I recently completed a brief West Coast tour and thought it would be a good idea to share some tips I've picked up during my time on the road.
I have a long European tour coming up in September and wanted to prepare these tips — even if only for myself — to help minimize my stress levels while out on the road.
For many young musicians, going out on tour is an early goal we set for ourselves. We read stories of legendary bands on tour, and we dream of the fun times that come from being out on the road. The reality is far different. Most likely, your first experiences on tour will be with your band as you begin to outgrow your local scene. Especially if you come from a small city like me (Portsmouth, England).
You'll most likely play all your local music venues multiple times before thinking about expanding your live markets. You'll probably book a short tour (about a week) of small music clubs and bars. You might not even have to go out of state.
The level of your band will determine the size and scope of your tours as well as the level of comfort you are likely to experience. For this blog post, I'm really focusing on independent bands or newly signed bands. All the points I'm about to give you could really fall under the same category: planning. The more you plan, the less likely things will go wrong.
It's important to plan every stage of the tour and maximize the benefits of touring. The main reasons for touring are to build your fan base and, ideally, make some money. For small bands that are new to touring, you can forget the money. If you break even, you should be happy.
Here are my tips to help make your tours successful.
Figure out the costs of being on the road. Before going on tour, you should figure out exactly what the costs are going to be and whether you can really afford to be on tour. Costs will include gas, food, accommodation, transportation and even "buy on" fees if you're opening for more established bands. You should figure out what is going to be your touring vehicle, and if you don't already own one, research the costs of renting. Make sure you understand everything involved in renting a vehicle and the additional costs.
Make sure you find out about mileage limits, insurance and restrictions on going to out of state. When your vehicle is sorted, you should budget your gas by routing each show and estimating total fuel costs. All hotels should be included in the routing. You should consider booking hotels just outside of major cities as you will usually get a much cheaper rate. For all hotels, flights and rentals, the earlier you book, the cheaper they will be. When you have your total costs, you will be able to make a better decision about whether you can support yourself out on tour. If you are not getting paid for shows, you need to figure out where the money will come from. Don't rely on merch sales!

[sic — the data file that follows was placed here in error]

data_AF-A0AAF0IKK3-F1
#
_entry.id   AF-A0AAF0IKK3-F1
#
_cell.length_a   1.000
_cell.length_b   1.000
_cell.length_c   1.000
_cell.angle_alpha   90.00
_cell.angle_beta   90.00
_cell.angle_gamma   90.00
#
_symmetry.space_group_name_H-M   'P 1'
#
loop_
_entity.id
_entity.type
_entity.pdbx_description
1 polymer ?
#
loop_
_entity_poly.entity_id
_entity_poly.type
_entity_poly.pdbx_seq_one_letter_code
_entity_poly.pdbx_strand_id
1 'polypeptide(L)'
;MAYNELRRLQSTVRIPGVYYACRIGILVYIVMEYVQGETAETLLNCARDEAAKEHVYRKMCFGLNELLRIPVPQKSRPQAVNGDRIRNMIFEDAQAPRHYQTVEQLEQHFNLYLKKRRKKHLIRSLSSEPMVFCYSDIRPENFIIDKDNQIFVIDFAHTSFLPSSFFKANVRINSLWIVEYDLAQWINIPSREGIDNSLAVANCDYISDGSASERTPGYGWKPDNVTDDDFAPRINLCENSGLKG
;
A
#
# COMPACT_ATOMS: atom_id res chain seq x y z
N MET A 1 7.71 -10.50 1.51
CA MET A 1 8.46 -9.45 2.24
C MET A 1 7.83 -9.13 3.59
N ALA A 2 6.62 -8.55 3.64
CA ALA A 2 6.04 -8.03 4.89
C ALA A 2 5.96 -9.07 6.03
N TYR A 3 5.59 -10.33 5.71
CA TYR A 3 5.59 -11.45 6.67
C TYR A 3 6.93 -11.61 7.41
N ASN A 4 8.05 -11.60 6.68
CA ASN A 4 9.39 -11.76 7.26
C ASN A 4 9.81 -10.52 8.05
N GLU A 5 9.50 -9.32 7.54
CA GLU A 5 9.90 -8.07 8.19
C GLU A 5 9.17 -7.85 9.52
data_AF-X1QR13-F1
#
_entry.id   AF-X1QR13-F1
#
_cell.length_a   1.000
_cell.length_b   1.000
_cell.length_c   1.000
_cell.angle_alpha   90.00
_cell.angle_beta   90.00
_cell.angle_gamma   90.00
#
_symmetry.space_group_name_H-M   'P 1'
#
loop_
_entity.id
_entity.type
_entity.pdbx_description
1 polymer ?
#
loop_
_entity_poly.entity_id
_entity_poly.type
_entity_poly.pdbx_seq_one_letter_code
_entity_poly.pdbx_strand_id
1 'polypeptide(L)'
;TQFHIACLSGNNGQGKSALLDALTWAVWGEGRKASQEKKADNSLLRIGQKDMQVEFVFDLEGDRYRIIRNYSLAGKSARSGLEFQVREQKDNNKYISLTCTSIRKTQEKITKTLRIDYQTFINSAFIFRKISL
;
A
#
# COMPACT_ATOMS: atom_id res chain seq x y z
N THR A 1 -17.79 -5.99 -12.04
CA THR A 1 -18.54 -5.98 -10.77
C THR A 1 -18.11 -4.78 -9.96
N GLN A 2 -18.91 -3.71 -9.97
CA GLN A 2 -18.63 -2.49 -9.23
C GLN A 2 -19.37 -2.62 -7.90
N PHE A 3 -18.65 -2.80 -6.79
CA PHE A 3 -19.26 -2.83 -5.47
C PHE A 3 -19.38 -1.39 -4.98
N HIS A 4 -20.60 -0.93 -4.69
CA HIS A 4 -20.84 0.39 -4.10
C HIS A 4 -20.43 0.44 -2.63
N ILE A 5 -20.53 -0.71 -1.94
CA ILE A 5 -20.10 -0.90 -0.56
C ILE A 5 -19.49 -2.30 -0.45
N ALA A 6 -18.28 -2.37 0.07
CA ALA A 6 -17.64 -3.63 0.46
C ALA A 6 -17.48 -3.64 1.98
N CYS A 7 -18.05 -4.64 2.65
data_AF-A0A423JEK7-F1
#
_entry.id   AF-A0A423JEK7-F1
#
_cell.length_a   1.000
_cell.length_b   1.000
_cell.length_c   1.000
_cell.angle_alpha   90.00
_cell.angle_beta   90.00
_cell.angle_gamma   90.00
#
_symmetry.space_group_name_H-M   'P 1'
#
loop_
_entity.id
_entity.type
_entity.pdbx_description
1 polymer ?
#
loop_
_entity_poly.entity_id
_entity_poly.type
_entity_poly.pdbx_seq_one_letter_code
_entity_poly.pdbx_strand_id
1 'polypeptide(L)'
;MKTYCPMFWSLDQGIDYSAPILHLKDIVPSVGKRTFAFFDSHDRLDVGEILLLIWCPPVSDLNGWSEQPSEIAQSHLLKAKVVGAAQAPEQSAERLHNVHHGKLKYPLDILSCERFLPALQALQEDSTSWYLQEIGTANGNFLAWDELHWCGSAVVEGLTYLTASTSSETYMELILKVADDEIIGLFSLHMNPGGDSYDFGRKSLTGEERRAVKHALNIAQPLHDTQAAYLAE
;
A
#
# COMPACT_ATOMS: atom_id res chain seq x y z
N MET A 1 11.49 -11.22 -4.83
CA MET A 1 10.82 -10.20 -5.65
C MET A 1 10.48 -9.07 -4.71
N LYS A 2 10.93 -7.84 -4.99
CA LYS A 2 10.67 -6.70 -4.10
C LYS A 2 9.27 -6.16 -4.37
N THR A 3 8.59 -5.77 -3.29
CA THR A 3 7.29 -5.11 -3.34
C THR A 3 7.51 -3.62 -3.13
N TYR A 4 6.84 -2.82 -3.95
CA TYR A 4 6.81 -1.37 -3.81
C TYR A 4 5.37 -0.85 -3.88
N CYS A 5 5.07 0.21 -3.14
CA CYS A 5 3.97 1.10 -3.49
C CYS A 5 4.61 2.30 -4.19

Make an itinerary. In addition to financial planning, time management is a must. You need to make sure you have enough time to drive from one show to the next — and make sure you leave the previous city at the correct time. There is no worse feeling than knowing you are running late to the next show. This may seem obvious, but you should also give consideration to things like traffic and "city driving" when planning. Give yourself at least two extra hours for each trip in case you encounter problems while traveling. If you own your touring vehicle, make sure you get it checked by a mechanic before you leave. I've seen many tours cancelled because of vans breaking down.
Invest in a good looking merchandise booth. Merch sales can be the difference between life and death for a tour. Many bands rely on these sales to cover their costs, especially if they aren't getting any guarantees for shows. If you are going on tour, you must have merch for sale. The bare minimum would be a T-shirt and CD. If you are signed, your label may help with you, but if you are independent you need to make sure you are getting the best possible "price per unit" for each item you produce.
If you are printing T-shirts don't print equal amounts of each size otherwise you will end up with a box full of 'small' at the end of the tour. Make sure you also have a good way to display the merch at your shows. I've seen local bands outsell touring acts because they had a good-looking merch booth. Don't just lay shirts on an unused table. Invest in a metal frame and hangers to display shirts. Buy a cheap lamp and extension chord to make sure your display is always well lit. This small investment will draw people to your booth like moths to a flame.
Obviously, you (or someone) could write a book about this subject, but hopefully these tips will help you in some way.
Will Wallner is a guitarist from England who now lives in Los Angeles. He recently signed a solo deal with Polish record label Metal Mind Productions for the release of his debut album, which features influential musicians from hard rock and heavy metal. He also is the lead guitarist for White Wizzard (Earache Records) and toured Japan, the US and Canada in 2012. Follow Will on Facebook and Twitter.